That aspect is especially tricky with Large Lots in that, unlike the city’s earlier Adjacent Neighbors program, the purchased lot need not be contiguous with that of the buyer. Makazin Alexander’s lot on South Perry, for example,  is located several doors north of her restored three-story Queen Anne … although,  as a block club leader, she expects it won’t be hard to reach consensus as to best use.

One benefit of public use is that a truly charitable purpose that benefits the community may not be required to pay property tax, according to Roland Lara of the Cook County Board of (Tax) Review.  He spoke to the workshop on how to appeal property tax assessments and how to form a non-profit corporation eligible to hold tax-exempt real estate.

Roland Lara of the Cook County Board of (Tax) Review explains property tax rules.

Rallying points

Darnstadt said the true beauty of “placemaking” is the way it can draw together diverse members of a community to a common, tangible purpose. “It doesn’t necessarily take a lot of money to get started,” she said, “but it does takes a lot of effort. In the end it’s about stewardship. It’s about access. And it’s about a whole lot of leverage.”

She related how folks at first on the fringes of a project, including those with resources – from tools or pickup trucks, to artists, to those with special expertise in organic gardening or crowd-funding – get drawn into the enterprise.

Placemaking also can be the centerpiece of a youth program, witness the group Demoiselle 2 Femme (D2F). With help from Latent Design and local churches D2F recently built an ad hoc playground in the Roseland community. Adolescent girls did the planning, fundraising and hands-on construction.

Not only did they get practical experience that reinforced their S.T.E.M. studies – doing fractions, say, before cutting a 2x4 – but “the community got a safe place to play and everybody got involved,” Sherida Morrison, D2F’s founder and leader, told the workshop.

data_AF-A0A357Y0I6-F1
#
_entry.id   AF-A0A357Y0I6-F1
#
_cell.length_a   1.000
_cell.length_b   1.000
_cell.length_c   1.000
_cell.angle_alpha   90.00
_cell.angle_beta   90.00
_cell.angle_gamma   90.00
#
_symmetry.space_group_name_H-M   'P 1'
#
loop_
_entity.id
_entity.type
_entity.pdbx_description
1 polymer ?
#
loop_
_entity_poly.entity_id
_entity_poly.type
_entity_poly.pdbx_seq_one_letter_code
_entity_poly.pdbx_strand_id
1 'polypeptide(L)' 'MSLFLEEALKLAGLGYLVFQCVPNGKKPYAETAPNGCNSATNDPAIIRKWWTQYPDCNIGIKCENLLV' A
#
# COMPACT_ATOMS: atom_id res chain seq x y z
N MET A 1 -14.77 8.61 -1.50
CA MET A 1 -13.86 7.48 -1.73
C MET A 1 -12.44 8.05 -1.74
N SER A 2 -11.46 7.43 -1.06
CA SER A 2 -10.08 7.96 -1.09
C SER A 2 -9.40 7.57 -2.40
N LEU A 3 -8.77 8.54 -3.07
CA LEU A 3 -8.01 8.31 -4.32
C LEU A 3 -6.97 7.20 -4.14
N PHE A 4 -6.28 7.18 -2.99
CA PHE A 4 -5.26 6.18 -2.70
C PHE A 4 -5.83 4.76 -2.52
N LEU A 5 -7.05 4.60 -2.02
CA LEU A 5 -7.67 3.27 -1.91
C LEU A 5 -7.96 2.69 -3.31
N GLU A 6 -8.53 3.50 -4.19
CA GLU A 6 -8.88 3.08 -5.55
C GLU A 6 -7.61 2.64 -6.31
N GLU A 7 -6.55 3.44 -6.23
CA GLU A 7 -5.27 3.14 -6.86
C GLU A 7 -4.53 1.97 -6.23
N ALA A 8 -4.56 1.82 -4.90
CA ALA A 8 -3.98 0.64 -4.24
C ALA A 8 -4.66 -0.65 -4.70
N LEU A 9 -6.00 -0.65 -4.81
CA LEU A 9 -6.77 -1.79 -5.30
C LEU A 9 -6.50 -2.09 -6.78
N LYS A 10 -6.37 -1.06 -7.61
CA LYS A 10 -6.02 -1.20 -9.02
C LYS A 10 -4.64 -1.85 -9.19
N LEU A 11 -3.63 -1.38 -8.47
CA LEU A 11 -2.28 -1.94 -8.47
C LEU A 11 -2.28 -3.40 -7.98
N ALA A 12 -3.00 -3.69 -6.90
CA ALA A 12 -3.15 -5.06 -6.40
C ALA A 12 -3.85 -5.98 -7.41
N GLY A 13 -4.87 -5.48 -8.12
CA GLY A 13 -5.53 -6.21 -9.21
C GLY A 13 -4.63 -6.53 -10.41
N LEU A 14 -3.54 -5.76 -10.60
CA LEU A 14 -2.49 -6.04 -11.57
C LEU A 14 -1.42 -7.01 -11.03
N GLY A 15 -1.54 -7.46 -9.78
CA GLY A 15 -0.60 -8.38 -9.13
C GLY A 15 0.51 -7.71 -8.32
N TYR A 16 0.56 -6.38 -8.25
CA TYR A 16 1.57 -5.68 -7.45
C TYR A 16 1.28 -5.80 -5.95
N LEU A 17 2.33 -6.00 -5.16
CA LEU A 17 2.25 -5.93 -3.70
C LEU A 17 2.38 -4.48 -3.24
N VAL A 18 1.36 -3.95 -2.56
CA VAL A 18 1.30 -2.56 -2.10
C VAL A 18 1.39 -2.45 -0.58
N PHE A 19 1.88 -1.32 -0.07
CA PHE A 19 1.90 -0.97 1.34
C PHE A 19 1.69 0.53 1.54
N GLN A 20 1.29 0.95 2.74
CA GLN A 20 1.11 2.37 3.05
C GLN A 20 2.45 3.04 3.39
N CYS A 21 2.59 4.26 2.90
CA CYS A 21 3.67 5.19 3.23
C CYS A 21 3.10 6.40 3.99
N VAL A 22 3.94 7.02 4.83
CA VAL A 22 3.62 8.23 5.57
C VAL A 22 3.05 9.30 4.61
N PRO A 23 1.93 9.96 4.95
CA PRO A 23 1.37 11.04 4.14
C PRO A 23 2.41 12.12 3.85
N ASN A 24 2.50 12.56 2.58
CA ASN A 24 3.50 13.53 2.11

In welcoming lot-owners to the event, Dionne Baux, LISC program officer, congratulated both Teamwork Englewood and R.A.G.E. (Resident Association of Greater Englewood) for stirring up so much interest last year that 276 lots have been conveyed so far to new owners. She cautioned, however, that the city owns thousands more lots in the area and much remains to be done.

New lot owners go over some possibilities.

Baux said the city’s subsequent, smaller offering of vacant lots in the West Side’s East Garfield Park neighborhood drew almost 200 accepted applications. The city is now reviewing applications from the Austin neighborhood.

In an effort to support the City of Chicago’s Large Lot Program and to make the process of purchasing City-owned land easier, LISC Chicago partnered with Teamwork Englewood and DataMade to create with support from the Boeing Corporation and the Knight Foundation.

Details of future offerings, and help with on-line research and applications, can be found at – The LISC-supported site sure to get heavy use as the city rolls Large Lots into more neighborhoods with “ugly opportunities.”

For more information:

Katherine Darnstadt, founder and principal architect of Latent Design,

Taryn Roch, director, program assessment of LISC Chicago,

Posted in Areas of Work, Neighborhoods